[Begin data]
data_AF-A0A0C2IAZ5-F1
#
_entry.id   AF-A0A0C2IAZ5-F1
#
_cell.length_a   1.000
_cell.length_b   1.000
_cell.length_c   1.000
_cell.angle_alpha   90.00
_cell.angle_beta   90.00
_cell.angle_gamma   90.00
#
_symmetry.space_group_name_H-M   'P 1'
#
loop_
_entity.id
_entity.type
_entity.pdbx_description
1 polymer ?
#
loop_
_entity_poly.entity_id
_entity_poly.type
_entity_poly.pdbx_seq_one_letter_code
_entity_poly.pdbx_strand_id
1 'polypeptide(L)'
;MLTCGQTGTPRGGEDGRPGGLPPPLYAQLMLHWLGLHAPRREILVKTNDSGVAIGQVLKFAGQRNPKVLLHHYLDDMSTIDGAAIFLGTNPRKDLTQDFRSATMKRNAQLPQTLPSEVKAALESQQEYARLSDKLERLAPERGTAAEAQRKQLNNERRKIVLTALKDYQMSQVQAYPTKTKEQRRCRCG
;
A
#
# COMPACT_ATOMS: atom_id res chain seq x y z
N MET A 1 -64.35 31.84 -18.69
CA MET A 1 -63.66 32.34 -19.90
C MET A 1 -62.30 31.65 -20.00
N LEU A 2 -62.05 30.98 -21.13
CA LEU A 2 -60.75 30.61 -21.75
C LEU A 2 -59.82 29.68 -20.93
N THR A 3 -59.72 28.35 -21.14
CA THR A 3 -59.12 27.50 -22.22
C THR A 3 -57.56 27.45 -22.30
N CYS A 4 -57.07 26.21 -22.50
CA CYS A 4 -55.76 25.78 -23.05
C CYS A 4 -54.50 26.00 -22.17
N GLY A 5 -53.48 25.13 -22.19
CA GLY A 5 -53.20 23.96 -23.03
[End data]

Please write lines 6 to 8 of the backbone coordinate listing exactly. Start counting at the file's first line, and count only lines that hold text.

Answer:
_cell.length_b   1.000
_cell.length_c   1.000
_cell.angle_alpha   90.00